English Faculty Research

The author suggests that attending to the publishing history of Larsen’s novel and the resulting indeterminacy of its ending(s) offers a concrete example of a materially oriented pedagogy that can illuminate the racial politics behind textual production and its relation to particular historical and cultural moments. He suggests that such a pedagogy offers both another way of understanding the textual contingency emphasized in contemporary theory and a way of further opening up questions of textuality and meaning for students.


In Defense Of Colonel Richard P. Roberts, Commanding Officer Of The Pennsylvania 140th Regiment, Gregory Jason Bell Jan 2004

In Defense Of Colonel Richard P. Roberts, Commanding Officer Of The Pennsylvania 140th Regiment, Gregory Jason Bell

Theses, Dissertations and Capstones

Richard P. Roberts was the colonel of the Pennsylvania 140th regiment from its organization in September 1862 until his death at Gettysburg in July 1863. During this time period, Captain David Acheson of Company C fostered a “growing dislike” for the colonel that led him to portray the colonel negatively in his writings. Unfortunately for the colonel’s reputation, Acheson’s letters have been widely published, leading at least one historian to accept Acheson’s poor opinion of the colonel as fact. However, other primary sources exist which collectively demonstrate a positive regimental opinion of the colonel and further suggest ...


Toni Morrison, Oprah Winfrey, And Postmodern Popular Audiences, John K. Young Jul 2001

Toni Morrison, Oprah Winfrey, And Postmodern Popular Audiences, John K. Young

English Faculty Research

In this essay the author examines the "Oprah Effect" on the career of Toni Morrison, who after three appearances on "Oprah's Book Club" has become the most dramatic example of postmodernism's merger between Morrison's canonical status and Winfrey's commercial power has superseded the publishing industry's field of normative whiteness, enabling Morrison to reach a broad, popular audience while being marketed as artistically important.


0690: James Wilson Papers, 1842-1854, Marshall University Special Collections Jan 2000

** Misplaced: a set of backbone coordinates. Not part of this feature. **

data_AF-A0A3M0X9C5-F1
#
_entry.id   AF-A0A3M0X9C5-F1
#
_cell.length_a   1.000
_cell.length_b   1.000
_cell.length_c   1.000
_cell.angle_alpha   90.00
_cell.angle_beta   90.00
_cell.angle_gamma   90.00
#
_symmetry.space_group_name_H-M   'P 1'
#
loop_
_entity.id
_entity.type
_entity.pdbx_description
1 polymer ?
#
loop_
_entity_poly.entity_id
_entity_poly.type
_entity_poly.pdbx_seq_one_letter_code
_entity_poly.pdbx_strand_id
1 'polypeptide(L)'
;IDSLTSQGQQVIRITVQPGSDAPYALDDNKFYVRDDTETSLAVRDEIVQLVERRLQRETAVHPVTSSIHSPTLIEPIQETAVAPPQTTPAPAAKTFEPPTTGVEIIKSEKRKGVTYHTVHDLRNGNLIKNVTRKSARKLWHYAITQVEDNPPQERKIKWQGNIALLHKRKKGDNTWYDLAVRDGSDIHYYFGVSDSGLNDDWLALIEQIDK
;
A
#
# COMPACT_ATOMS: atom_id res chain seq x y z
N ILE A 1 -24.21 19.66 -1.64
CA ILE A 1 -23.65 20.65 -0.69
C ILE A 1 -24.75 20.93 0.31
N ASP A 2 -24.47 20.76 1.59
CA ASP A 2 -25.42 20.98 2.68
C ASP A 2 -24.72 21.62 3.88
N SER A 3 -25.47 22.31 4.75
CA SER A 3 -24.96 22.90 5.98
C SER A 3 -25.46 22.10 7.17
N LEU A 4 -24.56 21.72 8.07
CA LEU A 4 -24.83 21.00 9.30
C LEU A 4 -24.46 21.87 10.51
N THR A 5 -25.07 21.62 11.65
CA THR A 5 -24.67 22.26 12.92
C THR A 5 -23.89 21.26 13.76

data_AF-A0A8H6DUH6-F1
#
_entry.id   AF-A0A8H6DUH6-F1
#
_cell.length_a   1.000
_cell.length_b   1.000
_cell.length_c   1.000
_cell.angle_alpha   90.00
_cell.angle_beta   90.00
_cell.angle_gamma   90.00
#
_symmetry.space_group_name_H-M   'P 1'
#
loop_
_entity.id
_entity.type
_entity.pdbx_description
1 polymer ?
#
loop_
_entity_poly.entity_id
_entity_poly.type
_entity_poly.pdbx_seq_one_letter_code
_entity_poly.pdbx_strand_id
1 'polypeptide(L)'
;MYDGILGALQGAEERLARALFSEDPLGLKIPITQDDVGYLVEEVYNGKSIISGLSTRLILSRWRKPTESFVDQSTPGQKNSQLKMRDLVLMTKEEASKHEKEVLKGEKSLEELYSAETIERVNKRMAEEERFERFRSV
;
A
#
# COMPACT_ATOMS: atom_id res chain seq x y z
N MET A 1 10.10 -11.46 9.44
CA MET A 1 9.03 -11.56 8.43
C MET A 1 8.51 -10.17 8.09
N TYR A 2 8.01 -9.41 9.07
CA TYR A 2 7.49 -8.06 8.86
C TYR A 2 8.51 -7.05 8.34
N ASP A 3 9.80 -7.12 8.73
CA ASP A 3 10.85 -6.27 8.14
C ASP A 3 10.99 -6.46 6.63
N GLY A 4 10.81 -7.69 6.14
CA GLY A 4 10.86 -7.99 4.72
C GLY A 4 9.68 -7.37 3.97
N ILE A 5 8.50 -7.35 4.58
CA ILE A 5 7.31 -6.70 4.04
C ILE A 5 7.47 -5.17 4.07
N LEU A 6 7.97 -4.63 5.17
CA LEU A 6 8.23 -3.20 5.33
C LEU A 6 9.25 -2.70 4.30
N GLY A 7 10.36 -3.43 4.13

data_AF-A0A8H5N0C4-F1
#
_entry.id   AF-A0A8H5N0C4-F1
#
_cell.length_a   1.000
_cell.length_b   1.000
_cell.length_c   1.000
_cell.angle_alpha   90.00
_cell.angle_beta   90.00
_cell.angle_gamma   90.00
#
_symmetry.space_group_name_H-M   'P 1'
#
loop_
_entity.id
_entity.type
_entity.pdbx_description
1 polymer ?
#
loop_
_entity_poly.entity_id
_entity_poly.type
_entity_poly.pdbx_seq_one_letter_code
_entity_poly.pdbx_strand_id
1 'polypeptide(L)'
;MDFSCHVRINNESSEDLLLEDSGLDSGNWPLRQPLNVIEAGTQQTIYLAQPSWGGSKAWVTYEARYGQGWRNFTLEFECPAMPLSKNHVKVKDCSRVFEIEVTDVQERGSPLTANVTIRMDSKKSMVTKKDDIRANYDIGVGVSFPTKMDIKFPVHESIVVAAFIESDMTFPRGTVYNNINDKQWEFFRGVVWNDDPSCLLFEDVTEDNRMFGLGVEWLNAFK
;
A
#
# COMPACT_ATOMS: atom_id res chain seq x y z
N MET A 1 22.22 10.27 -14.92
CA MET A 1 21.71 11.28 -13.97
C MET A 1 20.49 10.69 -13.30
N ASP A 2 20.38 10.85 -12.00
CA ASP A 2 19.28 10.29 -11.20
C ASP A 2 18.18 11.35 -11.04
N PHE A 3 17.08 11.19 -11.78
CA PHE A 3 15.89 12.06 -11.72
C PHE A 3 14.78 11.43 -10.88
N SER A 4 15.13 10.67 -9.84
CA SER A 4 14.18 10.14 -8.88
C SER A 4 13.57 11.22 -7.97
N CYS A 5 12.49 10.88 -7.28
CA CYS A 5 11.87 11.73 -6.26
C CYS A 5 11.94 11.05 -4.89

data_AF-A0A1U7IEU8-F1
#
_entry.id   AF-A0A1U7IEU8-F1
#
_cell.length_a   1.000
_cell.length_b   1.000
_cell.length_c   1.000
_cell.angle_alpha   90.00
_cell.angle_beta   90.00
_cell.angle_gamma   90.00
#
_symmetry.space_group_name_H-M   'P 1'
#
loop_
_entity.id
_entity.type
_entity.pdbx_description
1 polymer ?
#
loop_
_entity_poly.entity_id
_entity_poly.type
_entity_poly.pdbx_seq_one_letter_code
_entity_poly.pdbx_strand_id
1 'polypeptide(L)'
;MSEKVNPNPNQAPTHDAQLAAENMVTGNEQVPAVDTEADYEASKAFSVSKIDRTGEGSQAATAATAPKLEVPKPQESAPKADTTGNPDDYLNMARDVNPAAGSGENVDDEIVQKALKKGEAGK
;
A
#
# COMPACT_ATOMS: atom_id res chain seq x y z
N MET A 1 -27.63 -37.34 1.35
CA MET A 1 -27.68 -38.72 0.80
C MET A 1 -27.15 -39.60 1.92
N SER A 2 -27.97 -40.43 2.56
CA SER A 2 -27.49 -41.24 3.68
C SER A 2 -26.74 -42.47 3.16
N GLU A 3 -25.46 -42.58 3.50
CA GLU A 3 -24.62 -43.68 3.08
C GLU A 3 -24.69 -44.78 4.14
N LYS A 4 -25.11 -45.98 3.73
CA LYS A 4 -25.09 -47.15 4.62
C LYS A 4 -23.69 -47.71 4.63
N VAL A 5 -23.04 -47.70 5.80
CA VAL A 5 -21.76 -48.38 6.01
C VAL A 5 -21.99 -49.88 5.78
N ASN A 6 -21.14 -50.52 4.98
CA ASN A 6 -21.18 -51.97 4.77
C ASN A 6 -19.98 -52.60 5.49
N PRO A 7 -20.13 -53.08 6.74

0690: James Wilson Papers, 1842-1854, Marshall University Special Collections

Guides to Manuscript Collections

This collection contains a color copy of a bill of sale (1842) for two slaves and receipt (1854) for one slave, livestock, and other purchases by James Wilson, Cabell Couny, Virginia (now West Virginia) farmer. Individuals mentioned in the collection include Thomas M. Shelton, John M. Rece, and James C. Wilson, Celia (no age listed, 1854 document), Minerva (18 years old?, 1842 document), and Edmund (13 years old, 1854 document).


0691: Carl Burrowes Papers, 1988-1997, Marshall University Special Collections Jan 2000

0691: Carl Burrowes Papers, 1988-1997, Marshall University Special Collections

Guides to Manuscript Collections

This collection contains files related to the organization of the West Virginia Black History Conference and the Alliance for the Collection, Preservation, and Dissemination of WV’s Black History, as well as other items related to African American history in West Virginia. Material includes notes on presenters and topics as well as clippings, newsletters, and correspondence. The collection is divided into three series: Series I, Conference Materials; Series II, Additional Black History Material; and Series III, Alliance for the Collection, Preservation, and Dissemination of WV’s Black History.


Oral History Interview: Lowell E. Long, Lowell E. Long Nov 1998

Oral History Interview: Lowell E. Long, Lowell E. Long

Oral Histories

Lowell E. Long’s interview focuses on the region of Appalachia: its location, environments, people, and identity. Mr. Long was born in April 1941 in War, McDowell County, WV. His family moved to East Liverpool, OH, after World War II, and relocated to Huntington, WV, in January 1945. In the audio clip provided, Mr. Long discusses what it means to be Appalachian and focuses on family bonds and sense of belonging in the region. During his interview, he describes his family’s use of folk medicine. Mr. Long provides descriptions of the segregated neighborhoods and schools of Huntington, WV, during ...


Integration And Athletics: Integrating The Marshall University Basketball Program, 1954-1969, George M. Reger Jan 1996

Integration And Athletics: Integrating The Marshall University Basketball Program, 1954-1969, George M. Reger

Theses, Dissertations and Capstones

In 1954, Marshall College followed the national law that banned segregation in the school systems of the United States. The law included the integration of athletic programs. While only a small part of the process, athletic programs often presented integration on a more visible stage than the integration of classrooms.


An Appeal For Racial Justice : The Civic Interest Progressives' Confrontation With Huntington, West Virginia And Marshall University, 1963-1965, Bruce A. Thompson Jan 1986

An Appeal For Racial Justice : The Civic Interest Progressives' Confrontation With Huntington, West Virginia And Marshall University, 1963-1965, Bruce A. Thompson

Theses, Dissertations and Capstones

In 1963, the shock waves of the sit-in movement and the growing black unrest throughout the country reached Huntington. This growing discontent with the status quo of segregation and racial discrimination and the impulse from the sit-in movement for direct, non-violent protest combined to mobilize several students at Marshall University who formed the Civic Interest Progressives (CIP), a biracial civil rights group.